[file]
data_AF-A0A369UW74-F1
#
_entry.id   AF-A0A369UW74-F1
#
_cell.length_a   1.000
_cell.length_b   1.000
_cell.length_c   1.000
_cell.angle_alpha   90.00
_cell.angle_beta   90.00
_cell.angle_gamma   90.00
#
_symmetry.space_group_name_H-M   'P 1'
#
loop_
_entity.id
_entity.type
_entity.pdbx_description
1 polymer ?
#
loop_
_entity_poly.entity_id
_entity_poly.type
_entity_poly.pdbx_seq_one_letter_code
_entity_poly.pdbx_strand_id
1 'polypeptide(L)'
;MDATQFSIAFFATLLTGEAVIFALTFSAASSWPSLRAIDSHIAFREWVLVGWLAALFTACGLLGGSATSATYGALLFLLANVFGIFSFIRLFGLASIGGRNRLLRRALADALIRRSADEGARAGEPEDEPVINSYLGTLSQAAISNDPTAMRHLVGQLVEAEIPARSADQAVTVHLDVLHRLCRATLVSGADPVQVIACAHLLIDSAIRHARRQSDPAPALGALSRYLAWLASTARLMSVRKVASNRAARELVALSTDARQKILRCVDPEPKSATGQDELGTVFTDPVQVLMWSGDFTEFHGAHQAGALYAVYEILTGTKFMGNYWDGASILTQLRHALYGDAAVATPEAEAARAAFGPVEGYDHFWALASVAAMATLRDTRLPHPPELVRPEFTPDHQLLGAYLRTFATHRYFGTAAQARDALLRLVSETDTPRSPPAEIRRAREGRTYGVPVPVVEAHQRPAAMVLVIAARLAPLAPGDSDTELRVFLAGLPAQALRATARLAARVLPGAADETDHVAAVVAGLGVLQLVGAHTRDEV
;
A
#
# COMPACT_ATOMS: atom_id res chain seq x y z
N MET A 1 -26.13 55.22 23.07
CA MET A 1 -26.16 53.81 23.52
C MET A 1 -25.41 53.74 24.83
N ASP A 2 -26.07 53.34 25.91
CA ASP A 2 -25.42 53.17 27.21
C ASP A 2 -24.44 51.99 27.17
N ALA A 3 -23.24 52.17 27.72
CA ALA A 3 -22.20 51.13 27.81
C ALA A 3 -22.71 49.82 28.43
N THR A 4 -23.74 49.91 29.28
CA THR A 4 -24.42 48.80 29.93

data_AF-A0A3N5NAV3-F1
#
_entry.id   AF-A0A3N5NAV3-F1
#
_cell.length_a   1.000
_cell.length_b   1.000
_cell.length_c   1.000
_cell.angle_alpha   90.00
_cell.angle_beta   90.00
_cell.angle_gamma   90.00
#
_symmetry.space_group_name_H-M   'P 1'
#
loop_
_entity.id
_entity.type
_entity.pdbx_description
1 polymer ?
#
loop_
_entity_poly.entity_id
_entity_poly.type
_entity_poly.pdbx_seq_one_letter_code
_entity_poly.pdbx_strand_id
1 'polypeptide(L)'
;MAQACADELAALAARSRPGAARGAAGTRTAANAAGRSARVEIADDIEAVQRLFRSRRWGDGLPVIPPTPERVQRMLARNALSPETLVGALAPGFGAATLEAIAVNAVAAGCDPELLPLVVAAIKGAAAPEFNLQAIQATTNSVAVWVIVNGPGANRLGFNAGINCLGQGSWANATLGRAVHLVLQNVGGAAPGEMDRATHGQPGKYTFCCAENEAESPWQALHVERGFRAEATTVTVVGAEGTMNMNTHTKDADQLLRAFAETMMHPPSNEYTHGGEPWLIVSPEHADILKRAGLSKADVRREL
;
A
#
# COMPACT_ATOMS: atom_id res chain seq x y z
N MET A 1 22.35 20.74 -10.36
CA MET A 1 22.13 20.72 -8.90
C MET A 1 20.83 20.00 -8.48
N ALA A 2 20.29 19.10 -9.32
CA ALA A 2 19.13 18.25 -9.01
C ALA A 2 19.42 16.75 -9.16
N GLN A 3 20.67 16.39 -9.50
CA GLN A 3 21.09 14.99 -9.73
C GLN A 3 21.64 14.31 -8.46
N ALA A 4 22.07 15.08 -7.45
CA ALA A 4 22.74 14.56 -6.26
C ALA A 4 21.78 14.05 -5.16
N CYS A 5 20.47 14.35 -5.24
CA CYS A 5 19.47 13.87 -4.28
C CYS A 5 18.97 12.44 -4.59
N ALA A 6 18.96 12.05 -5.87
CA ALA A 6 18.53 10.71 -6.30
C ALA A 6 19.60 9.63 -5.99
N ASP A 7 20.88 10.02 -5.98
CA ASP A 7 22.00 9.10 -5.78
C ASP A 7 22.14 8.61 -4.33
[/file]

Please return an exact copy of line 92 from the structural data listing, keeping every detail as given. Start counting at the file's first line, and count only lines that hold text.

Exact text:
C ASP A 7 22.14 8.61 -4.33